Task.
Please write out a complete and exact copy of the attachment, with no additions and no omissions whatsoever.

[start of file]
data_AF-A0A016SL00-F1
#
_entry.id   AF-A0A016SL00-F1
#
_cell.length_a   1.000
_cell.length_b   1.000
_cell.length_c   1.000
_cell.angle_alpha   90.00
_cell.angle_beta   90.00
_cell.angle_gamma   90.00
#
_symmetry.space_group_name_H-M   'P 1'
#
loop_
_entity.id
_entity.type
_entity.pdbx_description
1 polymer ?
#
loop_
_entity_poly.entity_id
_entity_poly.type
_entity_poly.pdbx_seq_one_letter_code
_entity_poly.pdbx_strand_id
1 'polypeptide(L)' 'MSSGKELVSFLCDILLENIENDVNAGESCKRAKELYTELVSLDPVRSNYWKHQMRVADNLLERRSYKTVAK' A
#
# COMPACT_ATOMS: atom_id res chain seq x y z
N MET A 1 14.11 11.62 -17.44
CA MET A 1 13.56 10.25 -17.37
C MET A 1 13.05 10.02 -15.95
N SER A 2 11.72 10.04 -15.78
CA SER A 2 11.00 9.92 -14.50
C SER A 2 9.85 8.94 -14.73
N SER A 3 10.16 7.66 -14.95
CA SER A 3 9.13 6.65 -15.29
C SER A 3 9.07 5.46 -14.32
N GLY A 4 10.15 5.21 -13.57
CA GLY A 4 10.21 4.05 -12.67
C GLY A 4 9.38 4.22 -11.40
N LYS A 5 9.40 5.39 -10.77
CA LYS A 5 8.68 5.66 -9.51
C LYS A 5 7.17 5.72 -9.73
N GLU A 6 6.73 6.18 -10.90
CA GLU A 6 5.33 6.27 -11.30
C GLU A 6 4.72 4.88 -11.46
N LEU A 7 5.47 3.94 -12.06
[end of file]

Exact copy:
data_AF-A0A016SL00-F1
#
_entry.id   AF-A0A016SL00-F1
#
_cell.length_a   1.000
_cell.length_b   1.000
_cell.length_c   1.000
_cell.angle_alpha   90.00
_cell.angle_beta   90.00
_cell.angle_gamma   90.00
#
_symmetry.space_group_name_H-M   'P 1'
#
loop_
_entity.id
_entity.type
_entity.pdbx_description
1 polymer ?
#
loop_
_entity_poly.entity_id
_entity_poly.type
_entity_poly.pdbx_seq_one_letter_code
_entity_poly.pdbx_strand_id
1 'polypeptide(L)' 'MSSGKELVSFLCDILLENIENDVNAGESCKRAKELYTELVSLDPVRSNYWKHQMRVADNLLERRSYKTVAK' A
#
# COMPACT_ATOMS: atom_id res chain seq x y z
N MET A 1 14.11 11.62 -17.44
CA MET A 1 13.56 10.25 -17.37
C MET A 1 13.05 10.02 -15.95
N SER A 2 11.72 10.04 -15.78
CA SER A 2 11.00 9.92 -14.50
C SER A 2 9.85 8.94 -14.73
N SER A 3 10.16 7.66 -14.95
CA SER A 3 9.13 6.65 -15.29
C SER A 3 9.07 5.46 -14.32
N GLY A 4 10.15 5.21 -13.57
CA GLY A 4 10.21 4.05 -12.67
C GLY A 4 9.38 4.22 -11.40
N LYS A 5 9.40 5.39 -10.77
CA LYS A 5 8.68 5.66 -9.51
C LYS A 5 7.17 5.72 -9.73
N GLU A 6 6.73 6.18 -10.90
CA GLU A 6 5.33 6.27 -11.30
C GLU A 6 4.72 4.88 -11.46
N LEU A 7 5.47 3.94 -12.06